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Scott walks through the solution to exercise 6.

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Transcript from the "Exercise 6 Solution" Lesson

>> [MUSIC]

>> Speaker 1: So the solution for this is, for mine at least, was let's look at config.js. So there's my solution to config.js. We've done a lot of error checking and stuff here, just to make sure that the merge actually happens correctly. So what you could have done is really just required the file, which would give you an object and just put it there.

[00:00:22] That would be great. But there's a lot of edge cases, so I'm checking for those edge cases. I think I'm still missing one, now that I'm looking at it. So what I'm doing here is I'm doing a try catch. Anybody not know what a try catch is?
>> Speaker 1: All right, just to go over a try catch, it's everything between this try block, I can just put any type of JavaScript that I want there.

[00:00:44] And what's gonna happen is, if JavaScript detects that an error has been thrown in that try block, it's gonna allow me to handle that error inside this catch block. It's gonna be passed as an argument. So, there was a syntax error here, or a reference error, or whatever type of error that I threw, or error that came from something else, it's going to be caught right here.

[00:01:05] And I can do whatever I want here. It won't stop the server from executing because I caught it with the try catch. See what I mean? We could check that out here. Let's do it in Chrome. We'll go into Chrome and, this is really painful to write in, but if I was like try and then throw new error

>> Speaker 1: Oops, right then I say error, or I'm sorry catch, and I grab the error here.
>> Speaker 1: All right then I can just be like 1 + 1. Right, so after you throw an error you expect the execution of JavaScript to stop, but because I did a try catch it should still do that 1 + 1.

[00:01:59] So I do that, it still executed 1 + 1 even though I threw an error. That's because I caught the error myself. Right, whereas before if I were to say throw new error and then try and do 1 + 1 underneath it, it wouldn't run, right? So if I had a function that says var, this will say error or err.

[00:02:19] It's a function. And the first thing it does is throws a new error.
>> Speaker 1: Right, and then right underneath it, it tries to do 1 + 1.
>> Speaker 2: They're talking in chat that if this is configure related, wouldn't you want the server just to stop?
>> Speaker 1: If it's configure related, would you want the server to stop?

[00:02:47] Probably, maybe. Probably want the server to stop. But, yeah I guess it depends on how sensitive the things are in your config. And they probably are very sensitive, so probably. The other alternative is to put all of the sensitive stuff on the main config object, so that way the server can still run, even though it couldn't require the appropriate file.

[00:03:12] But then, of course, you still have hiccups in the different environments. But this was specifically for development. So, this isn't keeping production and testing in mind to help ease development.
>> Speaker 1: But you could also be on the other side. It's, well I wanna enforce that you always do this.

[00:03:31] So it's kinda however you wanna do it, so.
>> Speaker 1: Yeah but everybody get me? So now I threw this error, I didn't catch it. And then I tried to say now do 1 + 1. It's like no, I caught it, there's an error here. But the try catch above will allow me to continue to go.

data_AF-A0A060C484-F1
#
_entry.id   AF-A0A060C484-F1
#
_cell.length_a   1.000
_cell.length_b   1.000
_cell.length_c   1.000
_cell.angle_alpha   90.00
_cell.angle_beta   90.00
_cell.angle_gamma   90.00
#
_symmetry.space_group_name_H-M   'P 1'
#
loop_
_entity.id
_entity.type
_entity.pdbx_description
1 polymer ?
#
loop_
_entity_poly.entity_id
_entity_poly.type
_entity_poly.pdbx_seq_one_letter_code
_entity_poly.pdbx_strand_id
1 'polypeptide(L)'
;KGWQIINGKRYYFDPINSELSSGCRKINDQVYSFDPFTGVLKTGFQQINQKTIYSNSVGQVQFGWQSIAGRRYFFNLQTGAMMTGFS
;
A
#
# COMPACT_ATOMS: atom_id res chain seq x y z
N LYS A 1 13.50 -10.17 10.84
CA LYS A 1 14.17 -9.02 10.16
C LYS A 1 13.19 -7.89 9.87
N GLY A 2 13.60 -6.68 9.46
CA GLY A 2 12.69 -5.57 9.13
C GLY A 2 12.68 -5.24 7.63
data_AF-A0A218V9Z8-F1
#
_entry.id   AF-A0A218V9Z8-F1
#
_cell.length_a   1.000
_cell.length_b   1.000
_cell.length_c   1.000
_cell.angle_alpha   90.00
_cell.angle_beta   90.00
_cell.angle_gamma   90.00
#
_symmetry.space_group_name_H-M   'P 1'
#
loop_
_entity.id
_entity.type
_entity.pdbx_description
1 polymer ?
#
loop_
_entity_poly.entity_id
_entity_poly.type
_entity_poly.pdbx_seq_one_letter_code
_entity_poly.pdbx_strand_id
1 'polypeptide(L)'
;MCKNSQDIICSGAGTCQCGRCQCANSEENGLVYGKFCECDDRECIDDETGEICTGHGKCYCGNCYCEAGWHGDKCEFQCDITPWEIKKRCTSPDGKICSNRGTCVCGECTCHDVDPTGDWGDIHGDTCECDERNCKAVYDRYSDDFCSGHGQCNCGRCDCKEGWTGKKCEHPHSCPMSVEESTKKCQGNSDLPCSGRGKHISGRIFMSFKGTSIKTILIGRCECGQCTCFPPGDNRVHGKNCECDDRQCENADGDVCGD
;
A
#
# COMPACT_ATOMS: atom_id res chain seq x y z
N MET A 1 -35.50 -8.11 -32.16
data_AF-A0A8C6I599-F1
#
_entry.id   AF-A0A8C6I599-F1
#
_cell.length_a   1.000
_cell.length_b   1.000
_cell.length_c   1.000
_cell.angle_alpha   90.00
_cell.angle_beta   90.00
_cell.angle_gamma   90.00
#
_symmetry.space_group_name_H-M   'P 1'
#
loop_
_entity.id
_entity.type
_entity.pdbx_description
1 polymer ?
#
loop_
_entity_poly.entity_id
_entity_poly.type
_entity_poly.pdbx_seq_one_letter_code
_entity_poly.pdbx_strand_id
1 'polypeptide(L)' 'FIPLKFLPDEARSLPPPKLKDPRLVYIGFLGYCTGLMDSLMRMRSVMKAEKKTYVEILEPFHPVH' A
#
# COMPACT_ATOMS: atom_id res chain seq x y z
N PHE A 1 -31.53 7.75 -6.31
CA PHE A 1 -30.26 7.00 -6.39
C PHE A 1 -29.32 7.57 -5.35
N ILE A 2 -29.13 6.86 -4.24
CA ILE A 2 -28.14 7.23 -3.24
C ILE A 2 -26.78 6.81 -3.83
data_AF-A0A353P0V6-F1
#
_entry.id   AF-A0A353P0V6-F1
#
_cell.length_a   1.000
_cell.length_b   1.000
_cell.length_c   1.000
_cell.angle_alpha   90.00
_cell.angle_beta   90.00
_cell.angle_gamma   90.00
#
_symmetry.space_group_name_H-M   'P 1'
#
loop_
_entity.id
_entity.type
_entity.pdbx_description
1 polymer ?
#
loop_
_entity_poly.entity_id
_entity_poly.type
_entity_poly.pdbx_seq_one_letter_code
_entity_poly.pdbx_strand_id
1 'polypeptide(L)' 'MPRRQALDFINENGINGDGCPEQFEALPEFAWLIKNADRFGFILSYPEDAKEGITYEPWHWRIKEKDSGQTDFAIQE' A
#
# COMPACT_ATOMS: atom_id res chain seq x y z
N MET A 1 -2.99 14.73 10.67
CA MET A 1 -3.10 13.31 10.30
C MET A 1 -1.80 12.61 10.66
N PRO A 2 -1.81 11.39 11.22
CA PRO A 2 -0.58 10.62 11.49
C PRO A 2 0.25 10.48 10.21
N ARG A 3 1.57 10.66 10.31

[00:03:52] So that's try catch.
>> Speaker 1: So it's like try this code, if there's an error, catch it here. So, what I'm doing is, the thing I'm worried it might error out, is this require statement, because there's a lot of stuff going on here, this could be wrong, I don't know, hopefully it's not because I'm using these actual names here, but it could be something wrong and there might not be a file.

[00:04:17] If config.env ended up being Snickers, there's no snickers.JS. And then this would error out. If you tried to require something in node and that file doesn't exist, it would throw and error. So that why I'm trying to catch this error. And then down here, I'm like so even if it did find that file I want to make sure that that file actually exported something and not.

[00:04:37] I want to make sure that it didn't export the number negative one, or the number zero which is a false evalue. So, it's either going to be whatever it is, or it's gonna be an object. I can even test it like I want to make sure that it actually is an object, right?

[00:04:51] So, you get even crazier with it, but it's just testing that. And then, if it does throw an error, just default to an object so that way the merge still works, because merge needs an object. So that's why I did this try catch. Probably don't need it but just catches some edge cases.

[00:05:08] And then down here I'm just merging them too. So grab this object, stick it on here. So the one that we would grab, because default is gonna be, which is development, that's gonna be the development.js. Only thing in here is logging is true. Definitely want logging in development, so I turned that on.

>> Speaker 1: So that's for the config. And then as far as the API.
>> Speaker 1: All I'm doing is just requiring those routes, those routers inline. What you probably might have done is like you would require them up here, save them in the variables and pass them down. You could do that.

[00:05:44] But I'm not going to use that many routers, I'm just gonna require them in line. Save some key strokes. So, if you got all this working then what you should be able to do is now, my server's on, I should be able to interact with it. So if I type in http I'm using http pi here, if you wanna use post man or whatever or curl whatever your flavor is localhost 3000 and then I left a note in one of these files about like the actual routes.

[00:06:16] Where did I leave that note?
>> Speaker 2: API users.
>> Speaker 1: API users, I left the note Well, maybe I didn't. I left a note about how to figure out where the routes are, maybe it's not in here, so somebody tell me what would be the URL if I wanted to do a GET request to categories?